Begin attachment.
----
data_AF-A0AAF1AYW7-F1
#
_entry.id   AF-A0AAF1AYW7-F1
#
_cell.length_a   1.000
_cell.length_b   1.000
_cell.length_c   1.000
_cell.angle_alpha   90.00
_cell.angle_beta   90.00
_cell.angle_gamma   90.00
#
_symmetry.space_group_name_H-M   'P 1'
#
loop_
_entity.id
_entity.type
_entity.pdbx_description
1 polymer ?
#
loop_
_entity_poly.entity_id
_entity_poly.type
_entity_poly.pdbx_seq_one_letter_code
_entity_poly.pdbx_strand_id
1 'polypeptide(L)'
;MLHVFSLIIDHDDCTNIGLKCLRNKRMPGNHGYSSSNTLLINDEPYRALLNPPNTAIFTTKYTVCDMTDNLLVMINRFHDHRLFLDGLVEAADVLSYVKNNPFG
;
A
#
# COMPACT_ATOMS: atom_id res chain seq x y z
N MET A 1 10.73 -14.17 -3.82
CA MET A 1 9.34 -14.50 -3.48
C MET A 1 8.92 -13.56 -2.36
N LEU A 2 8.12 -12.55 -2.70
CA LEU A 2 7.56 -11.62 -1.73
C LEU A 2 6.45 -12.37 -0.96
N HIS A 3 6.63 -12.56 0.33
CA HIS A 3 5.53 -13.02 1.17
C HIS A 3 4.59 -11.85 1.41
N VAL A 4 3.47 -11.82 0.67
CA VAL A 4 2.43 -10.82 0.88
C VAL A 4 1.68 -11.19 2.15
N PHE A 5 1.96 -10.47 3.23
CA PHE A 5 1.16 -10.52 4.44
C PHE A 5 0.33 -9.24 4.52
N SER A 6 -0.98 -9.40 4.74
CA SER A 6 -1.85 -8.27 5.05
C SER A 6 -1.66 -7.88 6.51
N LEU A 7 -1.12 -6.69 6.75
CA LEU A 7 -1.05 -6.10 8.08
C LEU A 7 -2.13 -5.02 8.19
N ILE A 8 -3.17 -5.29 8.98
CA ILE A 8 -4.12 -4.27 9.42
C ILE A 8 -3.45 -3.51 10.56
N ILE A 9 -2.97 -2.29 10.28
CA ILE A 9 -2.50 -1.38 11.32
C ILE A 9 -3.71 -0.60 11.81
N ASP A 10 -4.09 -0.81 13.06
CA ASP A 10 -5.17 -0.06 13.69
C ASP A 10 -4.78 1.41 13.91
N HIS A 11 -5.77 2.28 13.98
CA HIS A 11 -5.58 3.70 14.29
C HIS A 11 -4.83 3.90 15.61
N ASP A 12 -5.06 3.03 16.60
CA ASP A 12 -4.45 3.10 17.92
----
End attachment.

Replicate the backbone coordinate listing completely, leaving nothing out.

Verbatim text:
data_AF-A0AAF1AYW7-F1
#
_entry.id   AF-A0AAF1AYW7-F1
#
_cell.length_a   1.000
_cell.length_b   1.000
_cell.length_c   1.000
_cell.angle_alpha   90.00
_cell.angle_beta   90.00
_cell.angle_gamma   90.00
#
_symmetry.space_group_name_H-M   'P 1'
#
loop_
_entity.id
_entity.type
_entity.pdbx_description
1 polymer ?
#
loop_
_entity_poly.entity_id
_entity_poly.type
_entity_poly.pdbx_seq_one_letter_code
_entity_poly.pdbx_strand_id
1 'polypeptide(L)'
;MLHVFSLIIDHDDCTNIGLKCLRNKRMPGNHGYSSSNTLLINDEPYRALLNPPNTAIFTTKYTVCDMTDNLLVMINRFHDHRLFLDGLVEAADVLSYVKNNPFG
;
A
#
# COMPACT_ATOMS: atom_id res chain seq x y z
N MET A 1 10.73 -14.17 -3.82
CA MET A 1 9.34 -14.50 -3.48
C MET A 1 8.92 -13.56 -2.36
N LEU A 2 8.12 -12.55 -2.70
CA LEU A 2 7.56 -11.62 -1.73
C LEU A 2 6.45 -12.37 -0.96
N HIS A 3 6.63 -12.56 0.33
CA HIS A 3 5.53 -13.02 1.17
C HIS A 3 4.59 -11.85 1.41
N VAL A 4 3.47 -11.82 0.67
CA VAL A 4 2.43 -10.82 0.88
C VAL A 4 1.68 -11.19 2.15
N PHE A 5 1.96 -10.47 3.23
CA PHE A 5 1.16 -10.52 4.44
C PHE A 5 0.33 -9.24 4.52
N SER A 6 -0.98 -9.40 4.74
CA SER A 6 -1.85 -8.27 5.05
C SER A 6 -1.66 -7.88 6.51
N LEU A 7 -1.12 -6.69 6.75
CA LEU A 7 -1.05 -6.10 8.08
C LEU A 7 -2.13 -5.02 8.19
N ILE A 8 -3.17 -5.29 8.98
CA ILE A 8 -4.12 -4.27 9.42
C ILE A 8 -3.45 -3.51 10.56
N ILE A 9 -2.97 -2.29 10.28
CA ILE A 9 -2.50 -1.38 11.32
C ILE A 9 -3.71 -0.60 11.81
N ASP A 10 -4.09 -0.81 13.06
CA ASP A 10 -5.17 -0.06 13.69
C ASP A 10 -4.78 1.41 13.91
N HIS A 11 -5.77 2.28 13.98
CA HIS A 11 -5.58 3.70 14.29
C HIS A 11 -4.83 3.90 15.61
N ASP A 12 -5.06 3.03 16.60
CA ASP A 12 -4.45 3.10 17.92